-->Charging: This Full-round Action grants a +2 on your melee attack roll and requires you to run at least 10 feet in a straight line at your foe (with NO obstacles and NO difficult terrain between you) and make a single attack against him from the first adjacent square you enter. You also take an Armor Class penalty of -2 for one round.

    NEW: -->Higher ground: For melee attacks you can get a +1 from higher ground (e.g., you are flying directly above, or leaping through the air and downward)

    Possible Ranged Attack Roll PENALTIES include:

    -->Penalty of -4 for aiming your ranged weapon into a melee situation (i.e. an area where two or more adjacent combatants, including at least one who is your friendly ally, are actively using melee weapons against each other).

    **There is NO -4 penalty IF the enemy target is so large that you can aim into a part of its body in a square 10 feet away from your ally AND definitely NO penalty at all if the enemy target is at least three size categories larger than your friendly ally. The size categories are Fine, Diminutive, Tiny, Small, Medium, Large (occupies four total grid squares, 10 ft by 10 ft), Huge (occupies nine total grid squares, 15 ft by 15 ft), Gargantuan (occupies sixteen total grid squares, 20 ft by 20 ft), Colossal (occupies 36 total grid squares, 30 ft by 30 ft).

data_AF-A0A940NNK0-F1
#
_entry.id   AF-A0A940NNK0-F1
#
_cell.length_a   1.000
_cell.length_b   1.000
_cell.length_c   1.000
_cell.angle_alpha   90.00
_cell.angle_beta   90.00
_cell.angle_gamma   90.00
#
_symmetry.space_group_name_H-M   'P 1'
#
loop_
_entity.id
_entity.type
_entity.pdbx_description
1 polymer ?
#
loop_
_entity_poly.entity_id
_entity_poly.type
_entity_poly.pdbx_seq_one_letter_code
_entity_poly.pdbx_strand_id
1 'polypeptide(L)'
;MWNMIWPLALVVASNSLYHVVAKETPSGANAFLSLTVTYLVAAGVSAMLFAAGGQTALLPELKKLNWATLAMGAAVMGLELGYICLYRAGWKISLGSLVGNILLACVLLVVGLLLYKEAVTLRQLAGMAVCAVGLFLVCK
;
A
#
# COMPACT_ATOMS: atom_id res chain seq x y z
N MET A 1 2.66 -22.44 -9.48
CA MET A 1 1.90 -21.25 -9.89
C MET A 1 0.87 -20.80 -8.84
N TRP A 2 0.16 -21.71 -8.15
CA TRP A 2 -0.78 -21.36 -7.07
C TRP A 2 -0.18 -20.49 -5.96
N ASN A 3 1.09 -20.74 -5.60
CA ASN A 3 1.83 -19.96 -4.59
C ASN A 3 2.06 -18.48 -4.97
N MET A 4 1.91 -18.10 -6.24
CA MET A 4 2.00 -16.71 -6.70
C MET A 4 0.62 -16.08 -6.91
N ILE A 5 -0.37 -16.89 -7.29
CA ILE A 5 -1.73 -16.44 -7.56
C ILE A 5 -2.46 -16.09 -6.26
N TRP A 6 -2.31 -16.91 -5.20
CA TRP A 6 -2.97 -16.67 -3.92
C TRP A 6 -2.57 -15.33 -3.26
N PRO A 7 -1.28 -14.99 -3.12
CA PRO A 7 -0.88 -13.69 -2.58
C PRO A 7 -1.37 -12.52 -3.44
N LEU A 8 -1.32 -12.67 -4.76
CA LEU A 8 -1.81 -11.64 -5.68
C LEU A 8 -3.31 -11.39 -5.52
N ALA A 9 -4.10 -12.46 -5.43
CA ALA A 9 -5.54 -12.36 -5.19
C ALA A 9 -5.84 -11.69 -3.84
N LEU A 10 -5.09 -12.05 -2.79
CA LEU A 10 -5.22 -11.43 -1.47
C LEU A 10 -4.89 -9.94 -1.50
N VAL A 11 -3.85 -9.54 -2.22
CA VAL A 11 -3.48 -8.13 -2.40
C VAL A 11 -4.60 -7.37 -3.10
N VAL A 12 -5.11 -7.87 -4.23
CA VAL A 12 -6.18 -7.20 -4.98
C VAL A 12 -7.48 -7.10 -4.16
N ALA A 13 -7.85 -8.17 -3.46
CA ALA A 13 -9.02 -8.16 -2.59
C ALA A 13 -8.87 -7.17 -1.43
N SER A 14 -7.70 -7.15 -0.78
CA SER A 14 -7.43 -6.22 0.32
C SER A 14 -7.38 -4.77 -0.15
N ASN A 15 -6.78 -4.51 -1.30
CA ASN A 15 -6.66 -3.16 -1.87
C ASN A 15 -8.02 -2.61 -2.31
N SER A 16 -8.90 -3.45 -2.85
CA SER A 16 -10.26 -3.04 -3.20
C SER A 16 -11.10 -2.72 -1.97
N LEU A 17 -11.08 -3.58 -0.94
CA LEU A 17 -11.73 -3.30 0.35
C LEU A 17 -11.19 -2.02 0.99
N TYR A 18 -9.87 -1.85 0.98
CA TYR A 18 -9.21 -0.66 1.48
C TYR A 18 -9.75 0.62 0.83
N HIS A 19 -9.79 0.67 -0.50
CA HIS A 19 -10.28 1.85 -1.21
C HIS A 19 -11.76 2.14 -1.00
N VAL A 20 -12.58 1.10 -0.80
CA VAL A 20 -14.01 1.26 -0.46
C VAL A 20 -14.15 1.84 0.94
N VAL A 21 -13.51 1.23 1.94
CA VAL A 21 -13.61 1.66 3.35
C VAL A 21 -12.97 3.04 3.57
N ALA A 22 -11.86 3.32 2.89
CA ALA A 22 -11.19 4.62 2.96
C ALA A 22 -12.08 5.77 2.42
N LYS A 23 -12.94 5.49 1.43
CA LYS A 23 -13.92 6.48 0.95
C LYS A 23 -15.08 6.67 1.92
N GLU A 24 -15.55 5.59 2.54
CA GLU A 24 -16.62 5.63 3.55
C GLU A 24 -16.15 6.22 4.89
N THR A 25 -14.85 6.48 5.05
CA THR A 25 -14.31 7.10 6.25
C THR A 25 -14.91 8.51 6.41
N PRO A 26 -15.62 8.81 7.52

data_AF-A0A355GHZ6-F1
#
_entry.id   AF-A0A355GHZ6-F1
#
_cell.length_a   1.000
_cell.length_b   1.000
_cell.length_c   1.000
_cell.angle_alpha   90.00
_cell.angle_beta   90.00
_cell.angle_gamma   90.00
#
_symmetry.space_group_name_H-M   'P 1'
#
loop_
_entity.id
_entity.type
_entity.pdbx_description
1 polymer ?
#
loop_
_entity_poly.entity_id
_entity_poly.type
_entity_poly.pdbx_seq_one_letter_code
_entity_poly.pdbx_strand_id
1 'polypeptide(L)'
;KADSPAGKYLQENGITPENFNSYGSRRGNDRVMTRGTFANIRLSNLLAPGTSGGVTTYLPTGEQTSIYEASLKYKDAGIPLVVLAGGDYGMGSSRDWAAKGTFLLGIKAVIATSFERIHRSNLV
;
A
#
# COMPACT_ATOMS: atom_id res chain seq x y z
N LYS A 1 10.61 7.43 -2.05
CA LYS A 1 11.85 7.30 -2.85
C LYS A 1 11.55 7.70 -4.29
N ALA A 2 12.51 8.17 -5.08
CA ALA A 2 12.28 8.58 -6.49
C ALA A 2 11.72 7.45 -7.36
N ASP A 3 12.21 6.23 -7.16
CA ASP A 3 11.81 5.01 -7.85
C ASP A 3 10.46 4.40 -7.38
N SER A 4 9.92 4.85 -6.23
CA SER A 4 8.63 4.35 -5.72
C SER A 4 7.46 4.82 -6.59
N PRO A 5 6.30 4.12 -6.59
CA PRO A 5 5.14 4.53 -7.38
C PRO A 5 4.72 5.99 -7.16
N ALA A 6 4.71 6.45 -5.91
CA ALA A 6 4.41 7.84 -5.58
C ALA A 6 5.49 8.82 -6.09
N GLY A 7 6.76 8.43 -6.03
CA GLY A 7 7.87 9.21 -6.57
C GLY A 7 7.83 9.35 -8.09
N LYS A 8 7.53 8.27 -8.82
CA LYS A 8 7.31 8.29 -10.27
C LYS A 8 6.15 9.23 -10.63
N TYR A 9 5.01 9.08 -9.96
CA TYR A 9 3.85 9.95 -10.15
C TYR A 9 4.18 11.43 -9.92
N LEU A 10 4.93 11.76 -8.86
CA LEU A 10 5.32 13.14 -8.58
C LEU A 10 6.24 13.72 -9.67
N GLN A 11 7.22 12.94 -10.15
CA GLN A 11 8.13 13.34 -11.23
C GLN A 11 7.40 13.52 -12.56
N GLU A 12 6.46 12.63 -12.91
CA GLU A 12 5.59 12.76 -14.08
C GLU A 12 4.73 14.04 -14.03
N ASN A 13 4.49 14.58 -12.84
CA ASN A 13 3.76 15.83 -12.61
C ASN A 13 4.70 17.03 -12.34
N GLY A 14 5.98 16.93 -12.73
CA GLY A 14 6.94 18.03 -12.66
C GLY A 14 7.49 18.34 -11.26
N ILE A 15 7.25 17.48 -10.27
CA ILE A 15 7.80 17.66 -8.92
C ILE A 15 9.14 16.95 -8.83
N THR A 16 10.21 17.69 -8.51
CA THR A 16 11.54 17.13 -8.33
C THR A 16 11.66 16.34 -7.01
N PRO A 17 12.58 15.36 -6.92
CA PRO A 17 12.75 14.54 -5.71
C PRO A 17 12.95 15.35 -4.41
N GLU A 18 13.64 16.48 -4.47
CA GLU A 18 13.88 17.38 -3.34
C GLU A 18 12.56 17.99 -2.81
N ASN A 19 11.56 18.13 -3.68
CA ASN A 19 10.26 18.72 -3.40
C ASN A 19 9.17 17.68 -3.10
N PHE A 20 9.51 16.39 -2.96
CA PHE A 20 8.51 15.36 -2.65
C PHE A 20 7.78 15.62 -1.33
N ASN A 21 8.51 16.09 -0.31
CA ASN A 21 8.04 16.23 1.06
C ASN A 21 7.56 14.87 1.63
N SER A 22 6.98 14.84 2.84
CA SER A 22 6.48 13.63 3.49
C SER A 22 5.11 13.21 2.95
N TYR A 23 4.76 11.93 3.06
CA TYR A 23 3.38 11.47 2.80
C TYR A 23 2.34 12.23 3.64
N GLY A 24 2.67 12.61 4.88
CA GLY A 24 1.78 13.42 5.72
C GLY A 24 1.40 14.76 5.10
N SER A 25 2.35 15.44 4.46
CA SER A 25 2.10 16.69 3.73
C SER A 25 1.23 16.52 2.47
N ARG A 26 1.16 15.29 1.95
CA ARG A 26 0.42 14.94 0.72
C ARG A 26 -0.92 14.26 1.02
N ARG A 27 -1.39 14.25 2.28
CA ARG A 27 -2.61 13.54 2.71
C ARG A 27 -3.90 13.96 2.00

**There is also NO -4 penalty if the friendly ally is at least 10 feet away from your enemy target (i.e., engaged in melee combat using weapons with the "reach" property.)

    **You can avoid this -4 penalty by taking the Feat called Precise Shot.

    -->Penalty of -4 for a ranged attack against a foe who is Prone, i.e., lying flat on the ground.

    -->Penalty of -2 for every measure of your weapon's range increment (listed in its equipment table entry) that you attempt to go beyond.